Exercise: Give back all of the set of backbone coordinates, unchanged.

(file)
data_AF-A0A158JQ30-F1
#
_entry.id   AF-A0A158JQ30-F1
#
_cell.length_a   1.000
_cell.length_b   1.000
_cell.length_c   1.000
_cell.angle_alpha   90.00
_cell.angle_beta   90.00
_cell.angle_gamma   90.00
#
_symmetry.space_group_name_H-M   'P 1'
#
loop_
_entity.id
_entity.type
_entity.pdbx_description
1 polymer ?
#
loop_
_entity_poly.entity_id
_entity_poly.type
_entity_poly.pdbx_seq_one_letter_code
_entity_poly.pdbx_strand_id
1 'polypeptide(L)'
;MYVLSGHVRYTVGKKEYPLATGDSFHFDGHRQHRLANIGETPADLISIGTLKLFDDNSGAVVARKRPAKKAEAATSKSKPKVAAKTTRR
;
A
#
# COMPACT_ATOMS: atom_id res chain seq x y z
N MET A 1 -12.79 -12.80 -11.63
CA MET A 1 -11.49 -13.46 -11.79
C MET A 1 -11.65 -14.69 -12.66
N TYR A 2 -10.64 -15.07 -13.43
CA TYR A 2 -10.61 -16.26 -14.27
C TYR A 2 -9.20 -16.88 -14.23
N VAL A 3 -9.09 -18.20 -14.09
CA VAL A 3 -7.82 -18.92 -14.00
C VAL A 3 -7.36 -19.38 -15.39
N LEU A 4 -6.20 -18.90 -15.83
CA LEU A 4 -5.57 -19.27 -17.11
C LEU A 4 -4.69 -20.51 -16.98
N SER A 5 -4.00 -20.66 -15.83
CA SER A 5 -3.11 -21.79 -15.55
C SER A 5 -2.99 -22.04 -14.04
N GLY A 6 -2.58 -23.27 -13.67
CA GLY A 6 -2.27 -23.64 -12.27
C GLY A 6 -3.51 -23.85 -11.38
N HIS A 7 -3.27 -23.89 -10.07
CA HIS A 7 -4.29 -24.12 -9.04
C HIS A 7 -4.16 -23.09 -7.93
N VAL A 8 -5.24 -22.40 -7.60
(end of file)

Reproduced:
data_AF-A0A158JQ30-F1
#
_entry.id   AF-A0A158JQ30-F1
#
_cell.length_a   1.000
_cell.length_b   1.000
_cell.length_c   1.000
_cell.angle_alpha   90.00
_cell.angle_beta   90.00
_cell.angle_gamma   90.00
#
_symmetry.space_group_name_H-M   'P 1'
#
loop_
_entity.id
_entity.type
_entity.pdbx_description
1 polymer ?
#
loop_
_entity_poly.entity_id
_entity_poly.type
_entity_poly.pdbx_seq_one_letter_code
_entity_poly.pdbx_strand_id
1 'polypeptide(L)'
;MYVLSGHVRYTVGKKEYPLATGDSFHFDGHRQHRLANIGETPADLISIGTLKLFDDNSGAVVARKRPAKKAEAATSKSKPKVAAKTTRR
;
A
#
# COMPACT_ATOMS: atom_id res chain seq x y z
N MET A 1 -12.79 -12.80 -11.63
CA MET A 1 -11.49 -13.46 -11.79
C MET A 1 -11.65 -14.69 -12.66
N TYR A 2 -10.64 -15.07 -13.43
CA TYR A 2 -10.61 -16.26 -14.27
C TYR A 2 -9.20 -16.88 -14.23
N VAL A 3 -9.09 -18.20 -14.09
CA VAL A 3 -7.82 -18.92 -14.00
C VAL A 3 -7.36 -19.38 -15.39
N LEU A 4 -6.20 -18.90 -15.83
CA LEU A 4 -5.57 -19.27 -17.11
C LEU A 4 -4.69 -20.51 -16.98
N SER A 5 -4.00 -20.66 -15.83
CA SER A 5 -3.11 -21.79 -15.55
C SER A 5 -2.99 -22.04 -14.04
N GLY A 6 -2.58 -23.27 -13.67
CA GLY A 6 -2.27 -23.64 -12.27
C GLY A 6 -3.51 -23.85 -11.38
N HIS A 7 -3.27 -23.89 -10.07
CA HIS A 7 -4.29 -24.12 -9.04
C HIS A 7 -4.16 -23.09 -7.93
N VAL A 8 -5.24 -22.40 -7.60